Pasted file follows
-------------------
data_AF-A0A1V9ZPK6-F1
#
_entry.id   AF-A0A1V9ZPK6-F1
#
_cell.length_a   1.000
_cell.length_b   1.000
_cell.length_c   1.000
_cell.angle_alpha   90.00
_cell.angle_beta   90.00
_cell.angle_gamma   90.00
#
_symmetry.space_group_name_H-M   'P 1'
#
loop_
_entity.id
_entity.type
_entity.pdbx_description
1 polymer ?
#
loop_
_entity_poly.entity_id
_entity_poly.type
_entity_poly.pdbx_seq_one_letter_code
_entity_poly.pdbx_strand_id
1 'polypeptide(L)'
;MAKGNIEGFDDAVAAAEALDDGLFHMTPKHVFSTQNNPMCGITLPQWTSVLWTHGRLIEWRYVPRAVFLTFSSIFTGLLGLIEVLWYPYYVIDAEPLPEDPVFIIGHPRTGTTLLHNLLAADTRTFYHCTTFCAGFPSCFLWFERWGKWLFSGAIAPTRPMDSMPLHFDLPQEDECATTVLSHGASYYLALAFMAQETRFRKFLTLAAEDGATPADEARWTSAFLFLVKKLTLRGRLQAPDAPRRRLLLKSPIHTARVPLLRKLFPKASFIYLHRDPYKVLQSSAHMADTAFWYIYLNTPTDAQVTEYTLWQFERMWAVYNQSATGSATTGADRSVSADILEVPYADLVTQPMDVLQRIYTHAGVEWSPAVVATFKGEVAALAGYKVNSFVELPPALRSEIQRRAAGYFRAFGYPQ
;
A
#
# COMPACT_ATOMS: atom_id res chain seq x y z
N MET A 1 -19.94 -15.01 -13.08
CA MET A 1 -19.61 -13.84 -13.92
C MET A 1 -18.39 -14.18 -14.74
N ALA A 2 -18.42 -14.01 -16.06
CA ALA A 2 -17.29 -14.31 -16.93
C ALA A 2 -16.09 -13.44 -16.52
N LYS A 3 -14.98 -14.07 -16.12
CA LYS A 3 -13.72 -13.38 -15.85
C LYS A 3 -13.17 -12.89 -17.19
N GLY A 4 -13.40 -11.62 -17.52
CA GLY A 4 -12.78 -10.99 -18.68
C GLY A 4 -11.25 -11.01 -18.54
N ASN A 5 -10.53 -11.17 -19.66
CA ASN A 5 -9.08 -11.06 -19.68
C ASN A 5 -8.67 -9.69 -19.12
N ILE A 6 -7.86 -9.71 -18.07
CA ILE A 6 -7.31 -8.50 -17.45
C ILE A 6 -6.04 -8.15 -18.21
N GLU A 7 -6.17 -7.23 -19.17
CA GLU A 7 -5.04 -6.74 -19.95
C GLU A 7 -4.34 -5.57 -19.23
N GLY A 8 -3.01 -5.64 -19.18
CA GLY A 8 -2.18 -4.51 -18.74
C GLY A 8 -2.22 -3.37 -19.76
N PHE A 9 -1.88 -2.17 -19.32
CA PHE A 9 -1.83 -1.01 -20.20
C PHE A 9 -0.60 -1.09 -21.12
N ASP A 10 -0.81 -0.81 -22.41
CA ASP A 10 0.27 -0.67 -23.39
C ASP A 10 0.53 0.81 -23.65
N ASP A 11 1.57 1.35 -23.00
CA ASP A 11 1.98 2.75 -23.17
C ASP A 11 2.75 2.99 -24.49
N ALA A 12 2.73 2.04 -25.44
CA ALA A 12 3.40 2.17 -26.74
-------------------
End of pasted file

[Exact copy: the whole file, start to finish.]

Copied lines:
data_AF-A0A1V9ZPK6-F1
#
_entry.id   AF-A0A1V9ZPK6-F1
#
_cell.length_a   1.000
_cell.length_b   1.000
_cell.length_c   1.000
_cell.angle_alpha   90.00
_cell.angle_beta   90.00
_cell.angle_gamma   90.00
#
_symmetry.space_group_name_H-M   'P 1'
#
loop_
_entity.id
_entity.type
_entity.pdbx_description
1 polymer ?
#
loop_
_entity_poly.entity_id
_entity_poly.type
_entity_poly.pdbx_seq_one_letter_code
_entity_poly.pdbx_strand_id
1 'polypeptide(L)'
;MAKGNIEGFDDAVAAAEALDDGLFHMTPKHVFSTQNNPMCGITLPQWTSVLWTHGRLIEWRYVPRAVFLTFSSIFTGLLGLIEVLWYPYYVIDAEPLPEDPVFIIGHPRTGTTLLHNLLAADTRTFYHCTTFCAGFPSCFLWFERWGKWLFSGAIAPTRPMDSMPLHFDLPQEDECATTVLSHGASYYLALAFMAQETRFRKFLTLAAEDGATPADEARWTSAFLFLVKKLTLRGRLQAPDAPRRRLLLKSPIHTARVPLLRKLFPKASFIYLHRDPYKVLQSSAHMADTAFWYIYLNTPTDAQVTEYTLWQFERMWAVYNQSATGSATTGADRSVSADILEVPYADLVTQPMDVLQRIYTHAGVEWSPAVVATFKGEVAALAGYKVNSFVELPPALRSEIQRRAAGYFRAFGYPQ
;
A
#
# COMPACT_ATOMS: atom_id res chain seq x y z
N MET A 1 -19.94 -15.01 -13.08
CA MET A 1 -19.61 -13.84 -13.92
C MET A 1 -18.39 -14.18 -14.74
N ALA A 2 -18.42 -14.01 -16.06
CA ALA A 2 -17.29 -14.31 -16.93
C ALA A 2 -16.09 -13.44 -16.52
N LYS A 3 -14.98 -14.07 -16.12
CA LYS A 3 -13.72 -13.38 -15.85
C LYS A 3 -13.17 -12.89 -17.19
N GLY A 4 -13.40 -11.62 -17.52
CA GLY A 4 -12.78 -10.99 -18.68
C GLY A 4 -11.25 -11.01 -18.54
N ASN A 5 -10.53 -11.17 -19.66
CA ASN A 5 -9.08 -11.06 -19.68
C ASN A 5 -8.67 -9.69 -19.12
N ILE A 6 -7.86 -9.71 -18.07
CA ILE A 6 -7.31 -8.50 -17.45
C ILE A 6 -6.04 -8.15 -18.21
N GLU A 7 -6.17 -7.23 -19.17
CA GLU A 7 -5.04 -6.74 -19.95
C GLU A 7 -4.34 -5.57 -19.23
N GLY A 8 -3.01 -5.64 -19.18
CA GLY A 8 -2.18 -4.51 -18.74
C GLY A 8 -2.22 -3.37 -19.76
N PHE A 9 -1.88 -2.17 -19.32
CA PHE A 9 -1.83 -1.01 -20.20
C PHE A 9 -0.60 -1.09 -21.12
N ASP A 10 -0.81 -0.81 -22.41
CA ASP A 10 0.27 -0.67 -23.39
C ASP A 10 0.53 0.81 -23.65
N ASP A 11 1.57 1.35 -23.00
CA ASP A 11 1.98 2.75 -23.17
C ASP A 11 2.75 2.99 -24.49
N ALA A 12 2.73 2.04 -25.44
CA ALA A 12 3.40 2.17 -26.74